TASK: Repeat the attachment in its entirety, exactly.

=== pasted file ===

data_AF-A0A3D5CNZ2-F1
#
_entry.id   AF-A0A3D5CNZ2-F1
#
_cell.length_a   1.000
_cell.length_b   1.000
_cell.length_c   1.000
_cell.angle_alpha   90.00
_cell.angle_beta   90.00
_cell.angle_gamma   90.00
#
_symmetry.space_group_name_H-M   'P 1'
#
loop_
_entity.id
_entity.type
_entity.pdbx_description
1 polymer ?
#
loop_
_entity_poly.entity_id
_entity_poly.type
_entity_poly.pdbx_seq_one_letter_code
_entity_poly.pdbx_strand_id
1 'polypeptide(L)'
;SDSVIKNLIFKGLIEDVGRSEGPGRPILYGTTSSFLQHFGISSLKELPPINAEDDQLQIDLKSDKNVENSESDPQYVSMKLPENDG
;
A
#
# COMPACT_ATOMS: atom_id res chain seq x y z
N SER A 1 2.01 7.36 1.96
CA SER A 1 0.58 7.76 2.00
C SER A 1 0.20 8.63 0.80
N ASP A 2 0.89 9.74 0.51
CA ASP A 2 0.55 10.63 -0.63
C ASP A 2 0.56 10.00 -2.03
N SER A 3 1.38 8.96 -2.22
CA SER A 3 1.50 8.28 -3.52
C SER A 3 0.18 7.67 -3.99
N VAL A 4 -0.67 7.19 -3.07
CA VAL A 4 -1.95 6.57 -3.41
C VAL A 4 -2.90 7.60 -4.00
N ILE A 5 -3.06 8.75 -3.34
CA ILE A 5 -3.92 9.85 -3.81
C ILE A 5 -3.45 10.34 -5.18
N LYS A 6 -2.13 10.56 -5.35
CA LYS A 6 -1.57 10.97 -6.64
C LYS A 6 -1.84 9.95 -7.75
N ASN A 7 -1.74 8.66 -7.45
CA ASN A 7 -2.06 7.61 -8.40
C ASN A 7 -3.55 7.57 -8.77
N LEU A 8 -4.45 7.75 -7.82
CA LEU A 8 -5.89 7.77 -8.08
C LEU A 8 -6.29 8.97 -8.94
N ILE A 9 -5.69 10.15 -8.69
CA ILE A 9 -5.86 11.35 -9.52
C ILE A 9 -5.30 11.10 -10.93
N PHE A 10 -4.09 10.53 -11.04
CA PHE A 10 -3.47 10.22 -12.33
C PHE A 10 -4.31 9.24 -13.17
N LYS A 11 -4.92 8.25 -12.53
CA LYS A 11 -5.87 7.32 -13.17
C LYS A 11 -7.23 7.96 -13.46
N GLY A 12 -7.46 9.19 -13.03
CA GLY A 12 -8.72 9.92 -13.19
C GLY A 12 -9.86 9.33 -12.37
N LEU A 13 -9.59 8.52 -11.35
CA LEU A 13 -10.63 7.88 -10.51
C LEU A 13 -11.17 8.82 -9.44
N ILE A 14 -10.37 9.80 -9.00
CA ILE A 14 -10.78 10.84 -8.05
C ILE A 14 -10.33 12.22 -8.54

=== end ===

data_AF-A0A3D5CNZ2-F1
#
_entry.id   AF-A0A3D5CNZ2-F1
#
_cell.length_a   1.000
_cell.length_b   1.000
_cell.length_c   1.000
_cell.angle_alpha   90.00
_cell.angle_beta   90.00
_cell.angle_gamma   90.00
#
_symmetry.space_group_name_H-M   'P 1'
#
loop_
_entity.id
_entity.type
_entity.pdbx_description
1 polymer ?
#
loop_
_entity_poly.entity_id
_entity_poly.type
_entity_poly.pdbx_seq_one_letter_code
_entity_poly.pdbx_strand_id
1 'polypeptide(L)'
;SDSVIKNLIFKGLIEDVGRSEGPGRPILYGTTSSFLQHFGISSLKELPPINAEDDQLQIDLKSDKNVENSESDPQYVSMKLPENDG
;
A
#
# COMPACT_ATOMS: atom_id res chain seq x y z
N SER A 1 2.01 7.36 1.96
CA SER A 1 0.58 7.76 2.00
C SER A 1 0.20 8.63 0.80
N ASP A 2 0.89 9.74 0.51
CA ASP A 2 0.55 10.63 -0.63
C ASP A 2 0.56 10.00 -2.03
N SER A 3 1.38 8.96 -2.22
CA SER A 3 1.50 8.28 -3.52
C SER A 3 0.18 7.67 -3.99
N VAL A 4 -0.67 7.19 -3.07
CA VAL A 4 -1.95 6.57 -3.41
C VAL A 4 -2.90 7.60 -4.00
N ILE A 5 -3.06 8.75 -3.34
CA ILE A 5 -3.92 9.85 -3.81
C ILE A 5 -3.45 10.34 -5.18
N LYS A 6 -2.13 10.56 -5.35
CA LYS A 6 -1.57 10.97 -6.64
C LYS A 6 -1.84 9.95 -7.75
N ASN A 7 -1.74 8.66 -7.45
CA ASN A 7 -2.06 7.61 -8.40
C ASN A 7 -3.55 7.57 -8.77
N LEU A 8 -4.45 7.75 -7.82
CA LEU A 8 -5.89 7.77 -8.08
C LEU A 8 -6.29 8.97 -8.94
N ILE A 9 -5.69 10.15 -8.69
CA ILE A 9 -5.86 11.35 -9.52
C ILE A 9 -5.30 11.10 -10.93
N PHE A 10 -4.09 10.53 -11.04
CA PHE A 10 -3.47 10.22 -12.33
C PHE A 10 -4.31 9.24 -13.17
N LYS A 11 -4.92 8.25 -12.53
CA LYS A 11 -5.87 7.32 -13.17
C LYS A 11 -7.23 7.96 -13.46
N GLY A 12 -7.46 9.19 -13.03
CA GLY A 12 -8.72 9.92 -13.19
C GLY A 12 -9.86 9.33 -12.37
N LEU A 13 -9.59 8.52 -11.35
CA LEU A 13 -10.63 7.88 -10.51
C LEU A 13 -11.17 8.82 -9.44
N ILE A 14 -10.37 9.80 -9.00
CA ILE A 14 -10.78 10.84 -8.05
C ILE A 14 -10.33 12.22 -8.54